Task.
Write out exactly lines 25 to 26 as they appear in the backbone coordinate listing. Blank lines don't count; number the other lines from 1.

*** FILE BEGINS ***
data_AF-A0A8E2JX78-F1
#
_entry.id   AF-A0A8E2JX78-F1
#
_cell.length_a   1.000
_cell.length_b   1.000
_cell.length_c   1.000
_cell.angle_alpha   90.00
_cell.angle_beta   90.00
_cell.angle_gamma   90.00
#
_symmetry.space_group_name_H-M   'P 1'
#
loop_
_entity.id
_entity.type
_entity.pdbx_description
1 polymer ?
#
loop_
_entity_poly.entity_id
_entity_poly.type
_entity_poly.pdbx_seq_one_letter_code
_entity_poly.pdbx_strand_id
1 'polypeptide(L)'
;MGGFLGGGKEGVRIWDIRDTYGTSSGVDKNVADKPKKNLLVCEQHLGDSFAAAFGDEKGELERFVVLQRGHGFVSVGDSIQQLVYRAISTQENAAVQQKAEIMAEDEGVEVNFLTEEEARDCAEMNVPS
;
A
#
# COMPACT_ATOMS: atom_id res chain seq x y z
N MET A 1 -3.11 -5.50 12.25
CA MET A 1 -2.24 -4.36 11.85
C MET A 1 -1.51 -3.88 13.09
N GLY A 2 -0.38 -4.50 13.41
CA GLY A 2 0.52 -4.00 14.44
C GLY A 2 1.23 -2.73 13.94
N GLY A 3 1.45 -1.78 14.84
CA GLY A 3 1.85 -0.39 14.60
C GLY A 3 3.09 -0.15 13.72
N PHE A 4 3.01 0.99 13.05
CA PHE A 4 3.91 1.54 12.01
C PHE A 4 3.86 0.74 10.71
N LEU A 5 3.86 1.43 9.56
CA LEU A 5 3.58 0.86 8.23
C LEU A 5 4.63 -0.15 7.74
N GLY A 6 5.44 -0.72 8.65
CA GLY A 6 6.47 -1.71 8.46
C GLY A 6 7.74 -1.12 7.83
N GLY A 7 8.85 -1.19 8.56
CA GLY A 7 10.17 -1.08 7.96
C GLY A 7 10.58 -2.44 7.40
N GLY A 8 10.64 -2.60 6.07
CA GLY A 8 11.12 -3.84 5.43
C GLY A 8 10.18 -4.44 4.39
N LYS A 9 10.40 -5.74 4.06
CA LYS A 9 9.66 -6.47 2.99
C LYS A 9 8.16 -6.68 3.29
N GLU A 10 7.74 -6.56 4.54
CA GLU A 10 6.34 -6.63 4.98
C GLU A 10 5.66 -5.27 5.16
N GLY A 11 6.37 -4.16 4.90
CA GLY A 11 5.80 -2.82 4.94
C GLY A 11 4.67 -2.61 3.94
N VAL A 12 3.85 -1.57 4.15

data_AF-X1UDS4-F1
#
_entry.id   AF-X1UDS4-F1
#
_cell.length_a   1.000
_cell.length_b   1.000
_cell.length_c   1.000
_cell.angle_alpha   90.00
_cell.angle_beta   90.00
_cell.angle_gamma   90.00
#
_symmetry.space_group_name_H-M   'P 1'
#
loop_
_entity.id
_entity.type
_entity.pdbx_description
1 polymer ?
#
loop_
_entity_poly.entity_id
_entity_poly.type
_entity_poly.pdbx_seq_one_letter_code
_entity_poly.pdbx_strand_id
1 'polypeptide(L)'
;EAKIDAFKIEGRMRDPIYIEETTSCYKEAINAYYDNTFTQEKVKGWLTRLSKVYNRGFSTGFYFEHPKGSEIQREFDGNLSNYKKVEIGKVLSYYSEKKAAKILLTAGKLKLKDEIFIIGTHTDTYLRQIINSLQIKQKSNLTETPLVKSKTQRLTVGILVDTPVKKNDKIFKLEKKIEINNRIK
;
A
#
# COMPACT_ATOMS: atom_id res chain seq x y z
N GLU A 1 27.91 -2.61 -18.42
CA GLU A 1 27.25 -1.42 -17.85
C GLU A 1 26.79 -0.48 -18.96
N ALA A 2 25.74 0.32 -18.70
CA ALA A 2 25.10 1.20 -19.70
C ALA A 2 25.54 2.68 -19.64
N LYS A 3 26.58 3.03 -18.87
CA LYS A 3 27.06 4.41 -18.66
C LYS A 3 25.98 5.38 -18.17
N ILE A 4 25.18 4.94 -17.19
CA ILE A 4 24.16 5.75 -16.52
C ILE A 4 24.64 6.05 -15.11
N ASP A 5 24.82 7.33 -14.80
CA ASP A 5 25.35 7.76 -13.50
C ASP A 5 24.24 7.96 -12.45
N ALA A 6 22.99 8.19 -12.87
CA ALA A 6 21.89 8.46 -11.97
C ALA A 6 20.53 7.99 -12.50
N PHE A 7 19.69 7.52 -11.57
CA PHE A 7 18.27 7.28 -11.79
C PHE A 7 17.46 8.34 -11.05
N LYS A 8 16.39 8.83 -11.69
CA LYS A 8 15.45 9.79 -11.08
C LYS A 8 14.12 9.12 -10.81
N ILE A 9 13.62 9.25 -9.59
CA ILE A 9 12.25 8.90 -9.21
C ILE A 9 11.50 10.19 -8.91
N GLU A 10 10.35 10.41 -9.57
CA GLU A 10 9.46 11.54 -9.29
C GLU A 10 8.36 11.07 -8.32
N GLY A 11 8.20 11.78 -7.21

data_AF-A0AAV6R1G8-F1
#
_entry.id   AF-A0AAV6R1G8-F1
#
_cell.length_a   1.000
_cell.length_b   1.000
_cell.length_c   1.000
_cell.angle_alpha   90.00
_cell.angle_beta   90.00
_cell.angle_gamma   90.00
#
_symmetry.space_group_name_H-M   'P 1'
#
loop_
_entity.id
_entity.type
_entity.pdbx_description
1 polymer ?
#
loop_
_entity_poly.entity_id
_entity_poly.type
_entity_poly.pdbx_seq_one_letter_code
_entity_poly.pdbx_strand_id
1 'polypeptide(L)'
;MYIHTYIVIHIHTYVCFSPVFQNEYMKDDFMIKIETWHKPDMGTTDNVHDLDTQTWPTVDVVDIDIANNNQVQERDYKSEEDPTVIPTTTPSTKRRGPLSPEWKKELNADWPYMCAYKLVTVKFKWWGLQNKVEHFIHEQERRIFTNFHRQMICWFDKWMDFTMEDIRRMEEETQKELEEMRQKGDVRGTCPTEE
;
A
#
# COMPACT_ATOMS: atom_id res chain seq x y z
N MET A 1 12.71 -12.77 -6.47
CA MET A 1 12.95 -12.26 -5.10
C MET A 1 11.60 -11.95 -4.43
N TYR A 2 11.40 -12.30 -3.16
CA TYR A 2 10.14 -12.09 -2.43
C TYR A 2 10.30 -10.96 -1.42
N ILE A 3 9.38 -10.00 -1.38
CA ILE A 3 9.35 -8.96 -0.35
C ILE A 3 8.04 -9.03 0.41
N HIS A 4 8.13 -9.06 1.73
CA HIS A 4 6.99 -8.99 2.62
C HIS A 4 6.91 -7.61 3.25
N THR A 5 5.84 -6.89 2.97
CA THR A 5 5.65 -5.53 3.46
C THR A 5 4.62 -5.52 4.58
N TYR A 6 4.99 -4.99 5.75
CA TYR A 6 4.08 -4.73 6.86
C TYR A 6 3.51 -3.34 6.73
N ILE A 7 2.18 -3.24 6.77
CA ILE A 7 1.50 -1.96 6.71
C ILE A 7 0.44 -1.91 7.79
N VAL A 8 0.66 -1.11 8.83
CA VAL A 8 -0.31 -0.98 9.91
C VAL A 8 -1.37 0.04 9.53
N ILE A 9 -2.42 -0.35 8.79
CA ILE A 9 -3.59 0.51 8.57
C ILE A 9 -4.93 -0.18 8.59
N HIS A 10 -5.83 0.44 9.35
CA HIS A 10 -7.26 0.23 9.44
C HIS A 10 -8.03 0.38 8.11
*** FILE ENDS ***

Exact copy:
1 'polypeptide(L)'
;MGGFLGGGKEGVRIWDIRDTYGTSSGVDKNVADKPKKNLLVCEQHLGDSFAAAFGDEKGELERFVVLQRGHGFVSVGDSIQQLVYRAISTQENAAVQQKAEIMAEDEGVEVNFLTEEEARDCAEMNVPS